At last month’s meeting with officials from the national government, Viet Nam News said representatives from the International Monetary Fund (IMF) told State-owned corporations and groups need to focus on their major businesses, and warned that the local financial market is being hurt by small banks.
It is said that State-owned corporations active in the coal, electricity and petroleum industries have made huge profits in telecommunications, finance and banking, but are facing sharp reductions in their own productivity. This could have major repercussions for the national economy and security.
Blogger Gulf Stream Blues looks at that horrifying story of an Austrian father who imprisoned his daughter, and the question Austrians have been forced to confront: how did the man get away with it for so long?
The punditocracy provokes the blogosphere: veteran journalist Luis Teodoro, as quoted in Journalists urged to blog, set examples online and gets shrieked at by Philippine Commentary (seconded by stuart-santiago) and Journal of the Jester-in-Exile. A sober analysis is provided by The Warrior Lawyer in FilipinoVoices.com. As does Abe Margallo, also in FilipinoVoices.com.
Jeff Jarvis, the New and Old Media observer, points out a couple of interesting things. First (see More writers than readers), a Pew study showed that as of 2004, in the USA, 53 million Americans published online while only 50 million bought daily papers: the writers, Jarvis pointed out, quite possibly now outnumber actual readers. Second, in Newspapers: a minus-sum game, he argues that newspapers won’t regain the advertising revenues they’ve lost; and they stand to lose even more revenue as online advertising gets even more specialized, because the microniche marketing that works online is unsuited to the way newspapers work.
On the other hand, Jeremiah Owyang asks (and answers his own question), Who do people trust? (It ain’t bloggers): he points to research that suggests people trust people they know, but that bloggers shouldn’t think that as a category of writers, they enjoy a particularly high level of trust.
There is also, as I told the Jester-in-Exile, a generation-derived element at work here, and this is true even among journalists. The Blue Pencil Chronicles well, chronicles a typically intense debate going on between professors in the UP School of Journalism, for example.
Let me weigh in. Personally (in answer to Philippine Commentary’s question), I am more comfortable with the classification “Opinion Writer,” because that’s really all I’ve ever done; a journalist to my mind, is someone with experience in reporting the news, like John Nery. A columnist really has to make a minimal adjustment to blogging, whether in terms of so-called ethics and without the overarching need for whatever “objectivity” is. A journalist with background as a reporter or full-time editor, on the other hand, who’s used to subsuming his or her personal identity to the report he or she is tasked to write, will probably have a difficult time adjusting.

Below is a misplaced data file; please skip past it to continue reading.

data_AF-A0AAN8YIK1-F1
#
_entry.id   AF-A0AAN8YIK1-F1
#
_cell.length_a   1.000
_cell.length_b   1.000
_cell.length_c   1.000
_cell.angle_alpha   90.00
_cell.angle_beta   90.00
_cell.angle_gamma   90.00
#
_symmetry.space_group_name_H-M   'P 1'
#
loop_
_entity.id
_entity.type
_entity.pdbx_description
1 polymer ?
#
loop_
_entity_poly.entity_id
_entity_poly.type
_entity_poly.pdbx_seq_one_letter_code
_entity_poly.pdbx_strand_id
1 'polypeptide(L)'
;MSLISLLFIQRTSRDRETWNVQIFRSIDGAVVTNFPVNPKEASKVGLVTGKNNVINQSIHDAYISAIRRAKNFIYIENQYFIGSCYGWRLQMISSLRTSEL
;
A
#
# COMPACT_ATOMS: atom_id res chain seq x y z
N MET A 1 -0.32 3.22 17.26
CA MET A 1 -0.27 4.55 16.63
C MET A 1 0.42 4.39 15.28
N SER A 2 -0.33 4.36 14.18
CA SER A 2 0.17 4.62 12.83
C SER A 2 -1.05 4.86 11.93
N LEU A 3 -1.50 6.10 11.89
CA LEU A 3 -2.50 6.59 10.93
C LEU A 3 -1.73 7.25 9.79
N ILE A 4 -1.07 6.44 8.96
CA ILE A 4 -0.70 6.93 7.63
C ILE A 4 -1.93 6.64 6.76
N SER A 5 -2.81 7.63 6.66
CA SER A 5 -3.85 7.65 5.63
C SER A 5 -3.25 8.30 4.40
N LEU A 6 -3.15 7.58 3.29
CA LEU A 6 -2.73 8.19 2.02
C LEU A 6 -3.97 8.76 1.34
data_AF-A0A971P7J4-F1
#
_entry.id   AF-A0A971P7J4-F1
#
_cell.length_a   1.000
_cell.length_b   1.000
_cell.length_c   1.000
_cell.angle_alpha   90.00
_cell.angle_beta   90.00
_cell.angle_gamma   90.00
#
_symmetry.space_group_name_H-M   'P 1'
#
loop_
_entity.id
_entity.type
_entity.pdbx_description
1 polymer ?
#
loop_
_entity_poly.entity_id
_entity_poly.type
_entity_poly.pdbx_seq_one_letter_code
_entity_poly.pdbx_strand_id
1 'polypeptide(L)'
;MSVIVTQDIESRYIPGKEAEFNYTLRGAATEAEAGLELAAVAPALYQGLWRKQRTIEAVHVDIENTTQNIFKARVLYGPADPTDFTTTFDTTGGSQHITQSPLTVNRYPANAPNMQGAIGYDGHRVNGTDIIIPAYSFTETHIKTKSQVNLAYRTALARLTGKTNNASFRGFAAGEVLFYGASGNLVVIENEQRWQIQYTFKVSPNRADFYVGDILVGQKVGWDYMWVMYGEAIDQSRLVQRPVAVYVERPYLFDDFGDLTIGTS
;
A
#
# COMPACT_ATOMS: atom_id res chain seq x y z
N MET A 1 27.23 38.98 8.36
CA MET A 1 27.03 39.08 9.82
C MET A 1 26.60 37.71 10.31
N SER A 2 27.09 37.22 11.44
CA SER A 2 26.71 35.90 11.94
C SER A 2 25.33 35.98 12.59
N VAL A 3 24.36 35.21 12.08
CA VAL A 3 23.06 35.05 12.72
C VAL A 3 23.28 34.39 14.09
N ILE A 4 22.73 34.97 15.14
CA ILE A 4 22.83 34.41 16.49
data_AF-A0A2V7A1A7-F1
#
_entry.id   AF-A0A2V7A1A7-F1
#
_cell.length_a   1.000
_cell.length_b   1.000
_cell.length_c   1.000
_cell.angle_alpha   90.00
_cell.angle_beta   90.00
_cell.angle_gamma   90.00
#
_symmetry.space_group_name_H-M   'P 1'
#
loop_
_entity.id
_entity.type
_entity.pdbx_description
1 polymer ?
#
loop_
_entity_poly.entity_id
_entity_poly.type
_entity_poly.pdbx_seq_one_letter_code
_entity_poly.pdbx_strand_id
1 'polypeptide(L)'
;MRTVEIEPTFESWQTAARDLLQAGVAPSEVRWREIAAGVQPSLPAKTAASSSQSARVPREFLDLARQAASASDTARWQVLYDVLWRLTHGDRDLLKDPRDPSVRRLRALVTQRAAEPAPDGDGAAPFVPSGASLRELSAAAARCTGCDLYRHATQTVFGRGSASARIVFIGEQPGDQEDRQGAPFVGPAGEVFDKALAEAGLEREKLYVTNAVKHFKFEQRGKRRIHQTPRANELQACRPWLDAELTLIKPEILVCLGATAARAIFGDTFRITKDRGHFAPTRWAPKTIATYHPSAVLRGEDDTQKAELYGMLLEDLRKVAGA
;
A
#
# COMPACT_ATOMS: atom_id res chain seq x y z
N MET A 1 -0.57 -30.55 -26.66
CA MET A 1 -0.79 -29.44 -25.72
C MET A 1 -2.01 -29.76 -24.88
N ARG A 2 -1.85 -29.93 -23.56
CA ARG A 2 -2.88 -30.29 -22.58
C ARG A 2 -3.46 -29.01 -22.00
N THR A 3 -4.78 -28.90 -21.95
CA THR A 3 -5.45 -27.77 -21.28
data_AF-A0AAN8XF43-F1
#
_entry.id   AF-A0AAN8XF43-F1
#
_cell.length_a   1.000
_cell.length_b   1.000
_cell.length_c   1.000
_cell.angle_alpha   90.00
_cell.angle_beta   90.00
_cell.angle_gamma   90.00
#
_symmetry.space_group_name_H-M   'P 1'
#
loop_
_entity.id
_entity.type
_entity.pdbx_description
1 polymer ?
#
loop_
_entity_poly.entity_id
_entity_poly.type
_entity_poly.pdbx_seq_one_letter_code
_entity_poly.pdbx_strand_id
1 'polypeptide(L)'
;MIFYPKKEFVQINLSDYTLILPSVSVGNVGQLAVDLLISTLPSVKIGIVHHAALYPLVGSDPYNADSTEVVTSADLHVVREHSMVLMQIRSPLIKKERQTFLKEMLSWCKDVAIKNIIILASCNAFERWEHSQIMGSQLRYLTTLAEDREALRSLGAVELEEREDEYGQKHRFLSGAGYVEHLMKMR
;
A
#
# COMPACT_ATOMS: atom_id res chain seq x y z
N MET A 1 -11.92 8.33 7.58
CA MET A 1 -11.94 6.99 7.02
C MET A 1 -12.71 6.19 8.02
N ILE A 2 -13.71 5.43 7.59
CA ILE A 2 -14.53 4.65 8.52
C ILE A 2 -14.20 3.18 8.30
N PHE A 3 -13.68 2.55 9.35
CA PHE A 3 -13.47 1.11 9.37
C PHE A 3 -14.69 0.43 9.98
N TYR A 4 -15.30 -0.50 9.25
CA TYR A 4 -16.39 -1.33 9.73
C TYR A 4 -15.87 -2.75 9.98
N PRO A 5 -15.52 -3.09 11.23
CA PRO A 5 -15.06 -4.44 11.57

This is a debate then close to my heart, because I’m basically self-taught and am brazen enough to write on subjects (and be in a profession) for which I lack the academic credentials (and therefore have my own biases: history is more an art, a branch of literature, than a “social science” though it benefits from the handling of facts according to widely-accepted standards).
An analogy I suggested to Jester-in-Exile was the Protestant Reformation, a revolt against the dogmas and established hierarchy of the Catholic Church.
The dividing line is, to my mind, institutional affiliation, and that includes professional affiliation. The difference between a profession and an avocation, though both subscribe to the view that what they are doing is more than work, it’s a calling, a vocation. Another analogy? It is the clash between medical doctors and healers; of subscribing to the Hippocratic Oath as a licensed professional, and subscribing to the norms of that oath but as someone outside the fraternity of medical professionals.
This is a distinction that, to my mind, will disappear -or become obsolete- when we have professional, full-time, bloggers who only cover and comment on, current events (particularly politics) and derive a livelihood from it. In the Philippine context, blogging on political and current events as an exclusive, full-time occupation is still on the horizon, though it’s become possible when it comes to other topics.